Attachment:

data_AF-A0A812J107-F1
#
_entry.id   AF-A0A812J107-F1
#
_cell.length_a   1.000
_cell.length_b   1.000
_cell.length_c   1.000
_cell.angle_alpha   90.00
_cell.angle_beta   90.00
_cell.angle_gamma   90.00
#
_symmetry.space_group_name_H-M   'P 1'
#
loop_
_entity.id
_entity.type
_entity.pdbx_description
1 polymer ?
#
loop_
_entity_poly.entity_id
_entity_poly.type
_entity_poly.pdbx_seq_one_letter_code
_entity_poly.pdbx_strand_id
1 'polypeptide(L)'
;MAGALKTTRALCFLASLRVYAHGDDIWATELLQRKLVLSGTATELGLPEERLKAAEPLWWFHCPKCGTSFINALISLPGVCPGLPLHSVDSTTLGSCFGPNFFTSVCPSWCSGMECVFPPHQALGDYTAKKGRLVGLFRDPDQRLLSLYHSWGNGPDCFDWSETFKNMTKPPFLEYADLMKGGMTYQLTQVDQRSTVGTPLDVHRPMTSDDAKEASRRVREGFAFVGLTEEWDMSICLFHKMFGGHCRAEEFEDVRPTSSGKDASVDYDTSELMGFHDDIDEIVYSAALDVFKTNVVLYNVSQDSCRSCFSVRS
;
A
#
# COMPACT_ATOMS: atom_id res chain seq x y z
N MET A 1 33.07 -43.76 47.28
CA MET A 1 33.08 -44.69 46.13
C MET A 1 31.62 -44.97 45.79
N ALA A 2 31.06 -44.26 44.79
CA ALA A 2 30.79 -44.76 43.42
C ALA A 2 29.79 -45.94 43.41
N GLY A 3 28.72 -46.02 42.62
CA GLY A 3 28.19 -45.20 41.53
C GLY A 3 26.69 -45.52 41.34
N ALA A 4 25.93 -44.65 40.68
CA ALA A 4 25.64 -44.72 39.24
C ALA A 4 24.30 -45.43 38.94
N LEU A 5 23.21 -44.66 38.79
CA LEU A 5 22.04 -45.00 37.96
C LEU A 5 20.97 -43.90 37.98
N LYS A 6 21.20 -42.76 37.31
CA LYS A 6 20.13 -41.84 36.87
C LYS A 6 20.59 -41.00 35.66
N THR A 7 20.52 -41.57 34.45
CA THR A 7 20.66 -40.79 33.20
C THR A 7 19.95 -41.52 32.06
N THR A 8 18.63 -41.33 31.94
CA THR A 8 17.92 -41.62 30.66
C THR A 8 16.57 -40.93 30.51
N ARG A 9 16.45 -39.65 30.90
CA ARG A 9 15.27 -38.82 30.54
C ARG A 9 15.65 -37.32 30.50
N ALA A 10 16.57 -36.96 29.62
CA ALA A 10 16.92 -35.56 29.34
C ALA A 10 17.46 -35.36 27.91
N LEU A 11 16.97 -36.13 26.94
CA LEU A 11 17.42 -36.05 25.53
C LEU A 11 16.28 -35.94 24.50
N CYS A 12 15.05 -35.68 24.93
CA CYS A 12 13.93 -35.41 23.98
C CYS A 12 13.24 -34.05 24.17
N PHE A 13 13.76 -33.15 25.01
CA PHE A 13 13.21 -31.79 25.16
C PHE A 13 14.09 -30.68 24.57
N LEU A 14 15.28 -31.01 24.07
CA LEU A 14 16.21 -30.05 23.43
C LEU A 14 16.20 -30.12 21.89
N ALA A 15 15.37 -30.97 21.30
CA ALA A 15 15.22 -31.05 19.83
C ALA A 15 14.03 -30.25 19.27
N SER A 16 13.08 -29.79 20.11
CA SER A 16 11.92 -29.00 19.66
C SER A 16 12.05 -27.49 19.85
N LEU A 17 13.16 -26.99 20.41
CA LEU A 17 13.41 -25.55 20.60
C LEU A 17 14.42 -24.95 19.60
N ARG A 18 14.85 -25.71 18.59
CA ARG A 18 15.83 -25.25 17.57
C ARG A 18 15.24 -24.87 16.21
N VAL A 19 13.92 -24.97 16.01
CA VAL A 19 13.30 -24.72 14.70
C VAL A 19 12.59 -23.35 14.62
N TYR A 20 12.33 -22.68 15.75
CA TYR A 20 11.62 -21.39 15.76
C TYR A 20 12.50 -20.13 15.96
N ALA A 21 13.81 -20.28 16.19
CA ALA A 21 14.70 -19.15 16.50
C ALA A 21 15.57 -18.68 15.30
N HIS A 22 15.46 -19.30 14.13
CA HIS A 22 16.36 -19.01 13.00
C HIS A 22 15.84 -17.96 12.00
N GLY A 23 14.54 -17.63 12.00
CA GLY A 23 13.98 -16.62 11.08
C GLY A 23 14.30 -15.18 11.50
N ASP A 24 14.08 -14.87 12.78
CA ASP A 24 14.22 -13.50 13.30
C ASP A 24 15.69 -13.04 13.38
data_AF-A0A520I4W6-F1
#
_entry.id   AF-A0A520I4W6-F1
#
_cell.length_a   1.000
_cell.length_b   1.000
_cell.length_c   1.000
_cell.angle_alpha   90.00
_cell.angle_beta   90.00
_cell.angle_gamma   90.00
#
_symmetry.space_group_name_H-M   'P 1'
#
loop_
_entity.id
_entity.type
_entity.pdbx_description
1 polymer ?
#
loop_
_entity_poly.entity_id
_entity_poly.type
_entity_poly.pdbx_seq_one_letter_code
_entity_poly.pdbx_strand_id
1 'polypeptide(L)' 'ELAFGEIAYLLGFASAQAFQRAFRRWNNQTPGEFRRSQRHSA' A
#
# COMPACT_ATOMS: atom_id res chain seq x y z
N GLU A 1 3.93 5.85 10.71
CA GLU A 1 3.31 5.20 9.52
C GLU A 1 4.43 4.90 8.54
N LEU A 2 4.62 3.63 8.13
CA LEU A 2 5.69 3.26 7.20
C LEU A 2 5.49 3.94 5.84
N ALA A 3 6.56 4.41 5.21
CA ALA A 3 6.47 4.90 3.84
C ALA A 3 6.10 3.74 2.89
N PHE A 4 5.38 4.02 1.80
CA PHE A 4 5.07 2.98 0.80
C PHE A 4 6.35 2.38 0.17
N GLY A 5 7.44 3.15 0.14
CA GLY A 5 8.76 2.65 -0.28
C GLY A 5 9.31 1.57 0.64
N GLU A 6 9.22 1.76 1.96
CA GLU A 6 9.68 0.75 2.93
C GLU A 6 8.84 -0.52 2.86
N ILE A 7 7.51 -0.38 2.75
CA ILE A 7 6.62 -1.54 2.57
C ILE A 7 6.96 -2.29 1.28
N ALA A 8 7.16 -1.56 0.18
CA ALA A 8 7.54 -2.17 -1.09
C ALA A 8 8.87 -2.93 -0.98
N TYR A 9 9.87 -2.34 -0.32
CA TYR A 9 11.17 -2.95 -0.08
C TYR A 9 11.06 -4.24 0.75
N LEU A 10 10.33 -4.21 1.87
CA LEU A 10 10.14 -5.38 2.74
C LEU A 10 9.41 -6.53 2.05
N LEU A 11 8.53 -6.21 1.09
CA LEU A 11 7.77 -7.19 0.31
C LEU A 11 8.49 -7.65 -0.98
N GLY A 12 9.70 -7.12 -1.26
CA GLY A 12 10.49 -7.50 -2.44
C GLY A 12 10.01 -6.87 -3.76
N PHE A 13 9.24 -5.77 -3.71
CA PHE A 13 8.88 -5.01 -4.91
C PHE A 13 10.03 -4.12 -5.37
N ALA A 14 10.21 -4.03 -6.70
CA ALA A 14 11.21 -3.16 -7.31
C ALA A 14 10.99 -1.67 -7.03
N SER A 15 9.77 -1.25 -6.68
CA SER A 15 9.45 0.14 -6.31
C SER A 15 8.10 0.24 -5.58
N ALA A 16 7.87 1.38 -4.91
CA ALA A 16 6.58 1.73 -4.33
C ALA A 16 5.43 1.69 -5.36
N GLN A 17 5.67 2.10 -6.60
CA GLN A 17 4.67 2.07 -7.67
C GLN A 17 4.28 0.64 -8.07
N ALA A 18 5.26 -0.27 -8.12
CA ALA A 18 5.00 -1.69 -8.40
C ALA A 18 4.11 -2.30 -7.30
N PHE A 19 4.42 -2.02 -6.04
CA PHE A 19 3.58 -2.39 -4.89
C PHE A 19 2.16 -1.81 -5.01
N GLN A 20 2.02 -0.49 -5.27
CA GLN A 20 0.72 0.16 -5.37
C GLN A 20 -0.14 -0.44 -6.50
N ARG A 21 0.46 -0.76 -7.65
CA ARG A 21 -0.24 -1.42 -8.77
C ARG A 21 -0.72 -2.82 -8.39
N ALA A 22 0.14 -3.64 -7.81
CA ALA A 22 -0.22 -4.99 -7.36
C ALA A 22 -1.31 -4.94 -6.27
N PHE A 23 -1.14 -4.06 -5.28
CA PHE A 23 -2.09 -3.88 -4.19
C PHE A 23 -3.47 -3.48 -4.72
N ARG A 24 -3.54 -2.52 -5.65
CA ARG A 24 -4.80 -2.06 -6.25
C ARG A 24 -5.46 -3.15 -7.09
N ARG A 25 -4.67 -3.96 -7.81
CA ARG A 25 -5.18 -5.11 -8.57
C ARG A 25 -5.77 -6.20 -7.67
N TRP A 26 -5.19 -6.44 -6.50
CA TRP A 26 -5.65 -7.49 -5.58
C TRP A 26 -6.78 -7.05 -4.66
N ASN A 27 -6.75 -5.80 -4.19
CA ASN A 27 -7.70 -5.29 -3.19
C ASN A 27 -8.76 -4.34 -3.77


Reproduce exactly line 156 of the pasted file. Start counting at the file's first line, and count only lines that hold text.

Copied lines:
C TYR A 9 11.06 -4.24 0.75